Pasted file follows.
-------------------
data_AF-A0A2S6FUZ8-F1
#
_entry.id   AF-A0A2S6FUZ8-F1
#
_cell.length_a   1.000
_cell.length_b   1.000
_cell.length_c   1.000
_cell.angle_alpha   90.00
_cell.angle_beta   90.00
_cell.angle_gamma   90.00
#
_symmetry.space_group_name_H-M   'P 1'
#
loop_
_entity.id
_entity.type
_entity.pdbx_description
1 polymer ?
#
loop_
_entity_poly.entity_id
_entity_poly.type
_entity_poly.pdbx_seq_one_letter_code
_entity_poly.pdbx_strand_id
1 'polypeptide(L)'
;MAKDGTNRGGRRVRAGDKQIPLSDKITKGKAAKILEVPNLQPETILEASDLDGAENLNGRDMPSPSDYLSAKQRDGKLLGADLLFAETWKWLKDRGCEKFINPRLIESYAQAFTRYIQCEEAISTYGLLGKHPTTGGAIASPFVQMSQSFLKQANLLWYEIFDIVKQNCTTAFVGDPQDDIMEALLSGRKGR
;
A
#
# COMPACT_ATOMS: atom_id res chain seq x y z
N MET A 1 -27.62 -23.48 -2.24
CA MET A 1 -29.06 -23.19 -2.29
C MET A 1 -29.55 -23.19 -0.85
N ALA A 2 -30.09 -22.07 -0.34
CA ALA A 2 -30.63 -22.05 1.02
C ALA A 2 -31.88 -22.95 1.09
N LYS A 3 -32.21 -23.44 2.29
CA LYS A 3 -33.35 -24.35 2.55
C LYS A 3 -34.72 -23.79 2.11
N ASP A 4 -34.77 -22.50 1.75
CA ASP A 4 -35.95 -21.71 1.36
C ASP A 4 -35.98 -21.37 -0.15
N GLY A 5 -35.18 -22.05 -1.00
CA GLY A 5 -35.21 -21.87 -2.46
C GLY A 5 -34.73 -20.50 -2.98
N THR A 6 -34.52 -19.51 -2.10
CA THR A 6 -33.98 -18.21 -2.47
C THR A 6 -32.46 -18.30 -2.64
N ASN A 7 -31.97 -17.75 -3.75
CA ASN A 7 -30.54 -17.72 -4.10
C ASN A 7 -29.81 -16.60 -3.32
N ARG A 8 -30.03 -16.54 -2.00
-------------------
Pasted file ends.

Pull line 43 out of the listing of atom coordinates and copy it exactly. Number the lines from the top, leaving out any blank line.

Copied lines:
N GLY A 5 -35.18 -22.05 -1.00